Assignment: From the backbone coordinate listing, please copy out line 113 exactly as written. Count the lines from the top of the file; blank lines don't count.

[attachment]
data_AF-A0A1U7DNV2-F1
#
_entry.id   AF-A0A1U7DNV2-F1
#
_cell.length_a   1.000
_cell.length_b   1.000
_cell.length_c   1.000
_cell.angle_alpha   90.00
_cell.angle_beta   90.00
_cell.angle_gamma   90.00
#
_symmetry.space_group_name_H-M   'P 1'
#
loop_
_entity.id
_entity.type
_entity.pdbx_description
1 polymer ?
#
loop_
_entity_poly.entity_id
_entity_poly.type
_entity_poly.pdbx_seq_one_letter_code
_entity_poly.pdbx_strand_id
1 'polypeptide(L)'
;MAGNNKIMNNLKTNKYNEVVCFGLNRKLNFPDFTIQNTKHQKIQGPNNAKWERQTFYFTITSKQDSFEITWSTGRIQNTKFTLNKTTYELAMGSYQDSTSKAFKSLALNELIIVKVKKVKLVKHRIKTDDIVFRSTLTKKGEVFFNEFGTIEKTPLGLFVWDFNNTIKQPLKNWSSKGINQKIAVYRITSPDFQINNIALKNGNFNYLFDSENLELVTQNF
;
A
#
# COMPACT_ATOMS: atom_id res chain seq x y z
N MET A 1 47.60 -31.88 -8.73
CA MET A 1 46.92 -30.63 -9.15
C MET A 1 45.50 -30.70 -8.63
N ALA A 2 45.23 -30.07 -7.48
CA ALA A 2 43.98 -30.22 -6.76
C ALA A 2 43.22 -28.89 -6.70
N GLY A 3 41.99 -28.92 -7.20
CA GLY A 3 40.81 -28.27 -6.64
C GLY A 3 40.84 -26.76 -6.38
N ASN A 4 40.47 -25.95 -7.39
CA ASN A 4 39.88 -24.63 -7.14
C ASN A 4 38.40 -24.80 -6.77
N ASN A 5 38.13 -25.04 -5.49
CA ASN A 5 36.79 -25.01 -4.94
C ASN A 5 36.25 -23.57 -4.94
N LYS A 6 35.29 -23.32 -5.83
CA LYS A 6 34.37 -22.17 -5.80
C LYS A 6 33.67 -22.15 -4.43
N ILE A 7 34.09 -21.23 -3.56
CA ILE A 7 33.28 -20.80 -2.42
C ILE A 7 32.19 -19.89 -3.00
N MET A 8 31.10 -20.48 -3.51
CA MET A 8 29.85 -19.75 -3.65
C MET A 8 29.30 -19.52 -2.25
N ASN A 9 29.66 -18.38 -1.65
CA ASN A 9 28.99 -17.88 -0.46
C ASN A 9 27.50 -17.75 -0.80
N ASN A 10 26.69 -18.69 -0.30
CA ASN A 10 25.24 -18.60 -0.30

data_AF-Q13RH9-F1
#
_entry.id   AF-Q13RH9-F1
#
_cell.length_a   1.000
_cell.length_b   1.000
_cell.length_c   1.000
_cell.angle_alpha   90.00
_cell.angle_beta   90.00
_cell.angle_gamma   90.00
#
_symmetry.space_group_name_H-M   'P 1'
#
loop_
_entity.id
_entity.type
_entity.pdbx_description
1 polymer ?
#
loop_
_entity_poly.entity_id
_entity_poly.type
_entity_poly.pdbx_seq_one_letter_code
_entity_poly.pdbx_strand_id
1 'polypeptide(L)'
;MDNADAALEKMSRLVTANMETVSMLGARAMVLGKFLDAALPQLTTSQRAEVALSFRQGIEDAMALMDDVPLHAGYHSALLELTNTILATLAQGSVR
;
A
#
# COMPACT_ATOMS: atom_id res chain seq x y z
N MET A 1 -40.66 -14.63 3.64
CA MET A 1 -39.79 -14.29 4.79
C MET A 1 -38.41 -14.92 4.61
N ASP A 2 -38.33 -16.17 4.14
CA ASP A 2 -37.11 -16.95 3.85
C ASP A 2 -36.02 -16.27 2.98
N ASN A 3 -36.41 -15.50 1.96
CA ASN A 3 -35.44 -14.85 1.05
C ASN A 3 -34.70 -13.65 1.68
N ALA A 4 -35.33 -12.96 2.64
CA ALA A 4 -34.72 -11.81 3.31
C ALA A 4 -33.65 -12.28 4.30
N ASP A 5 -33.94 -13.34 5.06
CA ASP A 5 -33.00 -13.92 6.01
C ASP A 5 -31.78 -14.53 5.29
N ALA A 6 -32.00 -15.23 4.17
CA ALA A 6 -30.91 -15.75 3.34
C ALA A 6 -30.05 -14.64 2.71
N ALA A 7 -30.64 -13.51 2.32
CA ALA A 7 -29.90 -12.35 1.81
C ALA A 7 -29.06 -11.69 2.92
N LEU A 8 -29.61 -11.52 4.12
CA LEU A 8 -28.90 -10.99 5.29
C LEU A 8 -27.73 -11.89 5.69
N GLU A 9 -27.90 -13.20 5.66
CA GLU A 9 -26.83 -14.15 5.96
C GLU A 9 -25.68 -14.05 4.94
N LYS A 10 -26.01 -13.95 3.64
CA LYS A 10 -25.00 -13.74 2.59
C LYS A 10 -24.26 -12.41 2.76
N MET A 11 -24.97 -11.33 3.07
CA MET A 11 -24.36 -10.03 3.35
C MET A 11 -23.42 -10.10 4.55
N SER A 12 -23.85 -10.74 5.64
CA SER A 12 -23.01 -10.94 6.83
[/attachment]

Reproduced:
C LEU A 8 -27.73 -11.89 5.69